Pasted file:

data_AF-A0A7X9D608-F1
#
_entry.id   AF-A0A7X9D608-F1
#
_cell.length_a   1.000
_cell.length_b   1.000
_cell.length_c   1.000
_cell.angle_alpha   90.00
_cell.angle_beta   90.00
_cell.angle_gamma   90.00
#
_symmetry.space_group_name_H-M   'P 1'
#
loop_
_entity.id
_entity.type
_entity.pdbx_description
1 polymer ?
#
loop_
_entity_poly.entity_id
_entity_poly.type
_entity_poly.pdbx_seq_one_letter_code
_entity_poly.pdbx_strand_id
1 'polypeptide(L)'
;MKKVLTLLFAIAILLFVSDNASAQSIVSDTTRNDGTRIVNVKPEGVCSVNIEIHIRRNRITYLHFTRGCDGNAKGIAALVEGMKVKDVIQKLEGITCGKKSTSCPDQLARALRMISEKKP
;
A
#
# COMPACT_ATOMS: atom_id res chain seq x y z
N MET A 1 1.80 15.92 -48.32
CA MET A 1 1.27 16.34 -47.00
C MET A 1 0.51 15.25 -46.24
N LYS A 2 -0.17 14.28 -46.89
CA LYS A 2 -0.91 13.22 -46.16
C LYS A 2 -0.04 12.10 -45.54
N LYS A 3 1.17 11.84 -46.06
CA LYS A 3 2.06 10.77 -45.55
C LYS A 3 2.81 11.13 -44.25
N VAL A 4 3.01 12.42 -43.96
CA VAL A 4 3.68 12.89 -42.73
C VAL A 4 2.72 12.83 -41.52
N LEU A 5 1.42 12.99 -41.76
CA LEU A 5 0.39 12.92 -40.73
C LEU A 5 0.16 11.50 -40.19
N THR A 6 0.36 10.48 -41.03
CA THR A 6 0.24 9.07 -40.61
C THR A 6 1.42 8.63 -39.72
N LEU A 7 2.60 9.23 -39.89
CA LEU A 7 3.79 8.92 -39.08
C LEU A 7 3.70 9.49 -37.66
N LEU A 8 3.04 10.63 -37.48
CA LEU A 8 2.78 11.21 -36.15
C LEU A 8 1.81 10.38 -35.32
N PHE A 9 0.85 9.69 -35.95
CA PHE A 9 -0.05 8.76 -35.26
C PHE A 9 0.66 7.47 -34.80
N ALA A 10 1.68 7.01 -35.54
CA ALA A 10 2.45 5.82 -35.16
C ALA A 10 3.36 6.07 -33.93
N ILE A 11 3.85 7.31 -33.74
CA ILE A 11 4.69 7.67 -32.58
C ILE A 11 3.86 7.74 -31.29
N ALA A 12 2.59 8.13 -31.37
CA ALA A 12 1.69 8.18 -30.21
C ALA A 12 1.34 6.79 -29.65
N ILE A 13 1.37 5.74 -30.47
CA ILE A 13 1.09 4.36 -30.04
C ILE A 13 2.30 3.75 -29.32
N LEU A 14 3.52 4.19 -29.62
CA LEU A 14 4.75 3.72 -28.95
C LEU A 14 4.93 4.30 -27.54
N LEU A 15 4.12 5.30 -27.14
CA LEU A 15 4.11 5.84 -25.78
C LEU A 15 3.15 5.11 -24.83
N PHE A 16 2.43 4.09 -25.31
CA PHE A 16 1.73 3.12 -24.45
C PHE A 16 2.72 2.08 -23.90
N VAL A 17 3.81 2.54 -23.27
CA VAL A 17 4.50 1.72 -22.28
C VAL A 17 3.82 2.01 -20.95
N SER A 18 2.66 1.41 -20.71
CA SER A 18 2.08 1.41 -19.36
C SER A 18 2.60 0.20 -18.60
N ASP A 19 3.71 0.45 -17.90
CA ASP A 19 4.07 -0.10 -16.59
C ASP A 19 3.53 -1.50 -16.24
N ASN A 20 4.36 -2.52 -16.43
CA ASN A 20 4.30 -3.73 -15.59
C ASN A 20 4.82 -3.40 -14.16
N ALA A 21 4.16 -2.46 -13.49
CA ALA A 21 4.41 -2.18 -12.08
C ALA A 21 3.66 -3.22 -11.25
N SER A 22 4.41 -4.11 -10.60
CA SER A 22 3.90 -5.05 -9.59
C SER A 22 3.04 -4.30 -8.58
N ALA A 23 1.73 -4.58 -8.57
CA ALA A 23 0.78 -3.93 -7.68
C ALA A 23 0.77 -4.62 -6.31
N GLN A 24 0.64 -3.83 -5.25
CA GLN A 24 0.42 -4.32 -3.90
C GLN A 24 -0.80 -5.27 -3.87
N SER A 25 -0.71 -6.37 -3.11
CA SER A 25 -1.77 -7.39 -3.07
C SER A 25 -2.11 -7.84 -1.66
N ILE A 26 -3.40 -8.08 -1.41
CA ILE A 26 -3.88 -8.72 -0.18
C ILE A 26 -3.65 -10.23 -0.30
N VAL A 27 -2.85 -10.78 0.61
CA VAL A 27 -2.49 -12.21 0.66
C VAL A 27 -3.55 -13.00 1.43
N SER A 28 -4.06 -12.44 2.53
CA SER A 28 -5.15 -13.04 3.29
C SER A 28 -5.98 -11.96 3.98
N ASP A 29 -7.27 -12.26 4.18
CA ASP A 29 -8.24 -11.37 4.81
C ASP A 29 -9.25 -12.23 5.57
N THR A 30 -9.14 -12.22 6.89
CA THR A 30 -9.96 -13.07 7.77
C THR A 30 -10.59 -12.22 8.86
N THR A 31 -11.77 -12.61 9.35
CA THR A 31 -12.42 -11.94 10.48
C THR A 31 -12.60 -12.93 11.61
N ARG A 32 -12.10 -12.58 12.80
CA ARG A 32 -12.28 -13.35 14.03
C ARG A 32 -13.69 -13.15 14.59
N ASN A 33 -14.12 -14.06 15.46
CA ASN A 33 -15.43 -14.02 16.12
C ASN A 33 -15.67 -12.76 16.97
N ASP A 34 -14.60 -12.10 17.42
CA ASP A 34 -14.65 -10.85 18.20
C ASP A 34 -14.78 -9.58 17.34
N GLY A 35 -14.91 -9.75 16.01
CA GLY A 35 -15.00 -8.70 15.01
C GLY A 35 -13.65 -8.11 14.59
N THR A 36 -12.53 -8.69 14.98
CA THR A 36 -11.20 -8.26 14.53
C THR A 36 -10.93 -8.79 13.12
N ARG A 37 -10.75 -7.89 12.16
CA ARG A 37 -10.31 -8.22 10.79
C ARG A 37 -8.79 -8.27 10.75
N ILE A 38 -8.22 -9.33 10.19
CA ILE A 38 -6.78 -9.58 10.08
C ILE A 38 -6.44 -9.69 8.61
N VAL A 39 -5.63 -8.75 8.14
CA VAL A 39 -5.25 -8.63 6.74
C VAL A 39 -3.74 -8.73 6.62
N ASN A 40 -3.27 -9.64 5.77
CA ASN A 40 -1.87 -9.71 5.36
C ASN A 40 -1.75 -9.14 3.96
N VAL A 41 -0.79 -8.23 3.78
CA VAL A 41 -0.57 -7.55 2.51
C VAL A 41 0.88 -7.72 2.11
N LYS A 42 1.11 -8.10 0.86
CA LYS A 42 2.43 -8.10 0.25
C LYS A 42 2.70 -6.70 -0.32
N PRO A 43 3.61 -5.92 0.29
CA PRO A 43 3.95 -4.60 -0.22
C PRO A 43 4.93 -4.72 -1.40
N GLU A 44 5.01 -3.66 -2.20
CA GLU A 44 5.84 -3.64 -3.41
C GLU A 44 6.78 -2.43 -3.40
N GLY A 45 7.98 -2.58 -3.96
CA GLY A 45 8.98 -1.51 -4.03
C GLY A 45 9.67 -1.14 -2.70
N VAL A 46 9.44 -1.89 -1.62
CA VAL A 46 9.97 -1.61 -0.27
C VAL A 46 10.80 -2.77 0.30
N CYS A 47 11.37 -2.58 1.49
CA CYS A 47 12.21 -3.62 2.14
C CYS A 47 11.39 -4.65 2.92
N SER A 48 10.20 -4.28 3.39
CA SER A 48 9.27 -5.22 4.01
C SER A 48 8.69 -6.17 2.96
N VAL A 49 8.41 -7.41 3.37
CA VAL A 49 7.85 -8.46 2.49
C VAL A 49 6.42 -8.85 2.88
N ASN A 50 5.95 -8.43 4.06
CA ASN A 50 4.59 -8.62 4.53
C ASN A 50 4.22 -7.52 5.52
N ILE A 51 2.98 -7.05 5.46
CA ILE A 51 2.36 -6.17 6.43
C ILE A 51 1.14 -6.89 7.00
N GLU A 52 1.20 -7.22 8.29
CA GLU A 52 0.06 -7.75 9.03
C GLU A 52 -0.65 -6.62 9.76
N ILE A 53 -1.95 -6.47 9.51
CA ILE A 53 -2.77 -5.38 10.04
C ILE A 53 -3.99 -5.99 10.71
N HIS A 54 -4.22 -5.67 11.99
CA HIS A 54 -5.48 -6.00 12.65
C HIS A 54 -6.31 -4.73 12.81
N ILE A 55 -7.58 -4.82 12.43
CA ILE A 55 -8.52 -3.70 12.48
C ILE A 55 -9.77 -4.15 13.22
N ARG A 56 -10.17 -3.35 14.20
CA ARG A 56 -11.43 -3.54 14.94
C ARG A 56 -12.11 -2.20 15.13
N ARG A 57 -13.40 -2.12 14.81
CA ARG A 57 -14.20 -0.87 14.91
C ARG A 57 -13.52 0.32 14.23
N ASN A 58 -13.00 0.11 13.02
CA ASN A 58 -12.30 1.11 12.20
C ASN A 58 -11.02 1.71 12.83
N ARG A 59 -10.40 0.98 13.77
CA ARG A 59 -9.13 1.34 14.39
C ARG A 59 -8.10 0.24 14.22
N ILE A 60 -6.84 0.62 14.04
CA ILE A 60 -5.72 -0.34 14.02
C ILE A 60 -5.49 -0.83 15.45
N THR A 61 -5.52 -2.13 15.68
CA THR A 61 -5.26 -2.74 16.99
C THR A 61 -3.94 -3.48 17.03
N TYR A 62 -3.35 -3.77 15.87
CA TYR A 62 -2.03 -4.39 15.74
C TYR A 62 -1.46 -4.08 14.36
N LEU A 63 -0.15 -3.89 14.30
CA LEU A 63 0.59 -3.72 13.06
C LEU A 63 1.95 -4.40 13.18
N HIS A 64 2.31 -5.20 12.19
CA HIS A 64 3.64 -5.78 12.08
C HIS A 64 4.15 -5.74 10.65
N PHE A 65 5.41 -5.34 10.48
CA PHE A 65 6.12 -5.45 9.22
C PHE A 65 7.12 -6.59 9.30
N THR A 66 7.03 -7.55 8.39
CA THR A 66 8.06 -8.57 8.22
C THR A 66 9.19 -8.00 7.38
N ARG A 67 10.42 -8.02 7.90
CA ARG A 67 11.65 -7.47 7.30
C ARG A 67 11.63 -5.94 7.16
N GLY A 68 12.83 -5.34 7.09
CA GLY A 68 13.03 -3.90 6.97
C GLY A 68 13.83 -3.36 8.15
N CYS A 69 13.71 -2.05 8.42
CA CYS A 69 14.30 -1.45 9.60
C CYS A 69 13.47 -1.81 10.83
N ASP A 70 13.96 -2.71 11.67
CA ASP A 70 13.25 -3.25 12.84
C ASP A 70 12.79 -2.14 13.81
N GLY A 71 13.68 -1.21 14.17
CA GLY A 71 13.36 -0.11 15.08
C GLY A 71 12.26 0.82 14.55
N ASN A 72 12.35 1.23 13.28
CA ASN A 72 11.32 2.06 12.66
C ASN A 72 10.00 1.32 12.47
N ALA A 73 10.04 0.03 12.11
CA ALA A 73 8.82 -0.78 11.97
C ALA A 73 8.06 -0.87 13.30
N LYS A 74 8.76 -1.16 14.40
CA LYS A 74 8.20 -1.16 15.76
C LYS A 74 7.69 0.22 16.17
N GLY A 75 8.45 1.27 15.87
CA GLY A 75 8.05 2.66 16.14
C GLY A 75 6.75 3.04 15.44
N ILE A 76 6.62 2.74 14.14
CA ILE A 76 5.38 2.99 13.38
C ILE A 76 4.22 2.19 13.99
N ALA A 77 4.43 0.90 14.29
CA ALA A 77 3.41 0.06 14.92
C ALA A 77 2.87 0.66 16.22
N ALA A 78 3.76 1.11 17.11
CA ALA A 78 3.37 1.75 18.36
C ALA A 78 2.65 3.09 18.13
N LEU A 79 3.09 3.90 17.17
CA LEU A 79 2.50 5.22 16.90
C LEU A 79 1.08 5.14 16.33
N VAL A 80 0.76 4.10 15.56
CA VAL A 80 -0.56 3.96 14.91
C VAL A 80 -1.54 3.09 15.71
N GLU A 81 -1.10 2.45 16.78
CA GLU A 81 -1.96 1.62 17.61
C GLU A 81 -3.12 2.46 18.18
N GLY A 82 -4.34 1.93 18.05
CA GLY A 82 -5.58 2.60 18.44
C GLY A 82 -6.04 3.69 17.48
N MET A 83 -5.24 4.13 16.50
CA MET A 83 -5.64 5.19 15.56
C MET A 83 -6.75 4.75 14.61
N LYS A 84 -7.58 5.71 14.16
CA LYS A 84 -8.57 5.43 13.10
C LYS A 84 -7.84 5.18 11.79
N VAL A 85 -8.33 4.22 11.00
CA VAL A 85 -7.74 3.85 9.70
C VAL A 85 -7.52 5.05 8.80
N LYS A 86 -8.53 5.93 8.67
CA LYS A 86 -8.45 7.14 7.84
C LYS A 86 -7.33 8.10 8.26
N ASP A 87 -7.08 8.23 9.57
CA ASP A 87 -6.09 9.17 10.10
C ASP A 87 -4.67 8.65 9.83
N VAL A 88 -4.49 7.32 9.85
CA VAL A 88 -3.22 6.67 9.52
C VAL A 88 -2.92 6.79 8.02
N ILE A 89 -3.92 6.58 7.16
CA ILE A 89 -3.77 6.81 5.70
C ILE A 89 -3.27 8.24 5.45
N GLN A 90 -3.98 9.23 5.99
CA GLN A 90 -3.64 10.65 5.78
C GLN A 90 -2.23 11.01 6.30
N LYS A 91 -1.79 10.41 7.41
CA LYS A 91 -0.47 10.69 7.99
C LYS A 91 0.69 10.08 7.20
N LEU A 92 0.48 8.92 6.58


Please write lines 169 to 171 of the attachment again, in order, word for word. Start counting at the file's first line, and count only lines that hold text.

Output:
N CYS A 47 11.37 -2.58 1.49
CA CYS A 47 12.21 -3.62 2.14
C CYS A 47 11.39 -4.65 2.92